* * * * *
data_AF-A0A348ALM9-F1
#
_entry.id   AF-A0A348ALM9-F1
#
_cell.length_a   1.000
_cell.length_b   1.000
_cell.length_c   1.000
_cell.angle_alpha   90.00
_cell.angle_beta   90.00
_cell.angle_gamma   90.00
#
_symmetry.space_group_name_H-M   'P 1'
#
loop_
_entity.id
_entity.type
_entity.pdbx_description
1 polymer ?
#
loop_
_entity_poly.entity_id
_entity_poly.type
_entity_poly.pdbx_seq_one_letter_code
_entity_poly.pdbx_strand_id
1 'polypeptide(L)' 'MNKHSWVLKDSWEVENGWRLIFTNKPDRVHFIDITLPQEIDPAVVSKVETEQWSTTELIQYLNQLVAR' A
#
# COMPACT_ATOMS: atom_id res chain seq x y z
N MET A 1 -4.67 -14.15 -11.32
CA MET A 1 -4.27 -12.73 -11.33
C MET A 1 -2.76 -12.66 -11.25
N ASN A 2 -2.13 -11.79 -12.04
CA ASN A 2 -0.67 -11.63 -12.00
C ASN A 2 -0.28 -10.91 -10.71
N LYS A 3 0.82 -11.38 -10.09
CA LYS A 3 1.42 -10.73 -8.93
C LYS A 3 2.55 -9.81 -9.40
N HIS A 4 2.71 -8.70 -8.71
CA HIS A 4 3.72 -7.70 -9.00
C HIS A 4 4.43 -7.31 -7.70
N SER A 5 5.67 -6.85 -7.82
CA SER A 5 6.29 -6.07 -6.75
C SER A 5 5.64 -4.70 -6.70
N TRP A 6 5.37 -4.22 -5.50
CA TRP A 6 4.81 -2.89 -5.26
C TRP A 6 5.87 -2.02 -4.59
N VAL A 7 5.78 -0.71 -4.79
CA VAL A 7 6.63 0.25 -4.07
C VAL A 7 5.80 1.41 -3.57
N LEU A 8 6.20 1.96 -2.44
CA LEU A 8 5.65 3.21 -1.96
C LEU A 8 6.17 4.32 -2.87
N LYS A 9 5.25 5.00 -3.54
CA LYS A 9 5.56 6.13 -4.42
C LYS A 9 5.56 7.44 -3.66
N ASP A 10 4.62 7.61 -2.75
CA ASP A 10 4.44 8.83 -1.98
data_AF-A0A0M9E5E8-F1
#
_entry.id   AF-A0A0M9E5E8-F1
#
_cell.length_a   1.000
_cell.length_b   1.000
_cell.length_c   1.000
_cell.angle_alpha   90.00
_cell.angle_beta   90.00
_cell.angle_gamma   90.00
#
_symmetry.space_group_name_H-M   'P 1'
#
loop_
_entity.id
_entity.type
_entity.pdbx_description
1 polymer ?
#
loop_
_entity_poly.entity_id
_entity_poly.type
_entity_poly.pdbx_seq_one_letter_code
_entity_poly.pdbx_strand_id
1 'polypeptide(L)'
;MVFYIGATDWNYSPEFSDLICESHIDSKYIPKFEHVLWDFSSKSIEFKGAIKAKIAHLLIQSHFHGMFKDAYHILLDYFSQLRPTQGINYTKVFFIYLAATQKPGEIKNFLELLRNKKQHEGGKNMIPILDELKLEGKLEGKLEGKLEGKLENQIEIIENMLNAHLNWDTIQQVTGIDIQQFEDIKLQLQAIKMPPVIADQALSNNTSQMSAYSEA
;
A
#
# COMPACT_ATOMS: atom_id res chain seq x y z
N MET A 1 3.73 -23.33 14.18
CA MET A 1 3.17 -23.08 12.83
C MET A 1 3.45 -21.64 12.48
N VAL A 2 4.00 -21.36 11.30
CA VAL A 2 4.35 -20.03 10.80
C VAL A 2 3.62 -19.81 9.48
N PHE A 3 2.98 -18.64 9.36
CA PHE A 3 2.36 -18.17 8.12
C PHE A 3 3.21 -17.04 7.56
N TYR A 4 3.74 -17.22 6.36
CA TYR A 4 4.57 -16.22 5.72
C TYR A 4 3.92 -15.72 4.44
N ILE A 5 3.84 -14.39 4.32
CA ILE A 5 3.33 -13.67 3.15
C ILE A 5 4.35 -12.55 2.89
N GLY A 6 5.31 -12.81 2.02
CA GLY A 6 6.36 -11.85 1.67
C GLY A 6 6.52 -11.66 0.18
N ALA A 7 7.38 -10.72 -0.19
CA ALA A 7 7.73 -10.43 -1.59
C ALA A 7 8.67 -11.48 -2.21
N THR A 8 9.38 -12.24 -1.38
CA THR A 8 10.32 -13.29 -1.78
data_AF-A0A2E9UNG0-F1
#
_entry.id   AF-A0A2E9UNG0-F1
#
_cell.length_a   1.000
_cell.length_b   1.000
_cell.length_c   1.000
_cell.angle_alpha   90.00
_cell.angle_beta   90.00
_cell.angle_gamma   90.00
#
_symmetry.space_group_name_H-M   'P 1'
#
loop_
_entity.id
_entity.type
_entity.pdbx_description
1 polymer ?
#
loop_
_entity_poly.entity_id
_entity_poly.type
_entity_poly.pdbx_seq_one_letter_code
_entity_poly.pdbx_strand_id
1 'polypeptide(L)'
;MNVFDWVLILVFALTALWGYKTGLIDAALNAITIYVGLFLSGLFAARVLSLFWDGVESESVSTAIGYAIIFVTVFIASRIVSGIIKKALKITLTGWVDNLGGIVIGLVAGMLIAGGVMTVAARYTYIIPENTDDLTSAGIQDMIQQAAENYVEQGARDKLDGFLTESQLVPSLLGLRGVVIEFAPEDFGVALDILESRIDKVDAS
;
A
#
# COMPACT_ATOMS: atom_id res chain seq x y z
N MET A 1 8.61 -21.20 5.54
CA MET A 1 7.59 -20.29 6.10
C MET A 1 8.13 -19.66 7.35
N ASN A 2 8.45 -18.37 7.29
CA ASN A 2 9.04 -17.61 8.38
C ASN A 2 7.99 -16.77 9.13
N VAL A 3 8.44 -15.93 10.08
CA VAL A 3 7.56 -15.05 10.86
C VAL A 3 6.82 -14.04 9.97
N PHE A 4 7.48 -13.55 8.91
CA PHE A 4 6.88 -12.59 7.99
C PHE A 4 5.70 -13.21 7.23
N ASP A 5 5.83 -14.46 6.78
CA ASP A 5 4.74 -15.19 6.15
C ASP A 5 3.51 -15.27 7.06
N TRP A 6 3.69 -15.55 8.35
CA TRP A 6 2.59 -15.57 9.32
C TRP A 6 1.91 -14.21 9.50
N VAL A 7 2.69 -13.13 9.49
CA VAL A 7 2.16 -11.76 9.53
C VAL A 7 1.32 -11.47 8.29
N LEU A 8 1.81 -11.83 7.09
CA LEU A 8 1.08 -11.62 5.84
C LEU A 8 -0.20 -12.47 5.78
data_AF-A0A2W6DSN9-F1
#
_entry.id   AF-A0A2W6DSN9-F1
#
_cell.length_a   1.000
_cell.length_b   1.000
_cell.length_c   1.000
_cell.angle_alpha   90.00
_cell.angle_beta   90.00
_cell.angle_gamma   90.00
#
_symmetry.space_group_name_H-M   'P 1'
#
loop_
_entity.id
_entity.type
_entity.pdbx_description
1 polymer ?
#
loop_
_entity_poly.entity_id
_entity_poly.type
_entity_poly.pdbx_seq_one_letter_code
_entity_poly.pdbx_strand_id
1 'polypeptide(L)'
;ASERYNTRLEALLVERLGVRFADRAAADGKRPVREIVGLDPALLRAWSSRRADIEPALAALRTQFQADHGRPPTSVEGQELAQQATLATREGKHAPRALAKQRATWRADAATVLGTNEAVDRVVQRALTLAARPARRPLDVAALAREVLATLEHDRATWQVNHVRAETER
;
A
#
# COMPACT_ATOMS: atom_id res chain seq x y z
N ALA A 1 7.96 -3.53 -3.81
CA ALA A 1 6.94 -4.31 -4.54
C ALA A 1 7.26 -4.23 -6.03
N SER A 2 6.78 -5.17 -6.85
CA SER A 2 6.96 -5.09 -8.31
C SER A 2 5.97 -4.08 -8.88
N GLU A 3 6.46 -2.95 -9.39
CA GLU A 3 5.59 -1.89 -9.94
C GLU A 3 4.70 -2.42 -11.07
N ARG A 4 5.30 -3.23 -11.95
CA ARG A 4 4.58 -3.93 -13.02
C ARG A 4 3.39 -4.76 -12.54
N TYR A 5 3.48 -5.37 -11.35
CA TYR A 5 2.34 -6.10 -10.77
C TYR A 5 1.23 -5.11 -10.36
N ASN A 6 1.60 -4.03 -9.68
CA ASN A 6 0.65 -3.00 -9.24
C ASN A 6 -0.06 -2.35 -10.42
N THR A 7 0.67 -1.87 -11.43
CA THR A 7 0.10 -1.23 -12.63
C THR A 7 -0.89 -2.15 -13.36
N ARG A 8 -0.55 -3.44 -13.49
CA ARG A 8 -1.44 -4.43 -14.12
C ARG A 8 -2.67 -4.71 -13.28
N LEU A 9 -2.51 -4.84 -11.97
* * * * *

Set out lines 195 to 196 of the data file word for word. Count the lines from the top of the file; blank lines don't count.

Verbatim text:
CA ALA A 1 6.94 -4.31 -4.54
C ALA A 1 7.26 -4.23 -6.03